Wednesday, Solicitor General Seth Waxman told the court that even the cigarette makers acknowledge the addictive nature of their product as a stimulant and a sedative. But several Justices, including Sandra Day O'Connor, seemed to be siding with tobacco, voicing strong doubts as to the FDA's right to control the substance. If the FDA is ordered to back off, Congress could step in with its own regulation, but, as Cohen notes, tobacco becomes much a more complicated issue once it hits the Hill. "The tobacco lobbyists are very powerful, and they know how to work the system," Cohen says. "And Congress has been substantially less aggressive in its pursuit of big tobacco than the FDA has." In the meantime, everyone can sit back and enjoy the bizarre wordplay of this case, which has Waxman practically singing the praises of cigarettes, while industry lawyer Richard Cooper argues the decidedly unhealthy qualities of his clients' merchandise. Stay tuned to see what the Justices make of all this; a decision is due out next summer.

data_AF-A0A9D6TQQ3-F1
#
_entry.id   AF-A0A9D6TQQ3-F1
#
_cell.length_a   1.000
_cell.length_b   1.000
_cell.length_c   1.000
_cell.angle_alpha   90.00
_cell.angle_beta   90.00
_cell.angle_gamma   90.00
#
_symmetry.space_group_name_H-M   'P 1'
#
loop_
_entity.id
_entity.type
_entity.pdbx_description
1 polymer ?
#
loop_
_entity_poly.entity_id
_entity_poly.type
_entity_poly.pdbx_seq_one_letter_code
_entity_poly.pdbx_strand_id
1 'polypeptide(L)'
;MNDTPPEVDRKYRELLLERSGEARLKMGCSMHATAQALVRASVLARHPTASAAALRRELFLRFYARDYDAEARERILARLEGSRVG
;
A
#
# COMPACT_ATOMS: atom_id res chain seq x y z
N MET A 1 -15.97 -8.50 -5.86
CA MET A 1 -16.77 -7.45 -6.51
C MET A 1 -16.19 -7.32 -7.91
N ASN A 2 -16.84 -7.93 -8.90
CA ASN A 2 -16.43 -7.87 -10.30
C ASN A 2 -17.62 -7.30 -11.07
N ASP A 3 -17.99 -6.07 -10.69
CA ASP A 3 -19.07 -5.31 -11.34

Here's a puzzle: What public health scourge is so damaging to users that it can't possibly fall under the jurisdiction of the Food and Drug Administration, which regulates only drugs that are "safe and effective"? The answer, according to industry lawyers, is tobacco. It's now up to the Supreme Court to decide whether tobacco belongs under the regulatory powers of the FDA, as it has since 1996, when the government decided that because tobacco was meant to feed addicts' cravings, it provided a "health benefit" which placed it comfortably in the bureaucratic arms of the agency. "For years, the FDA didn't regulate tobacco, and then it suddenly became more active," says TIME senior writer Adam Cohen. "Agency officials decided they could regulate it after all, because the industry was controlling the amounts and types of addictive materials in cigarettes."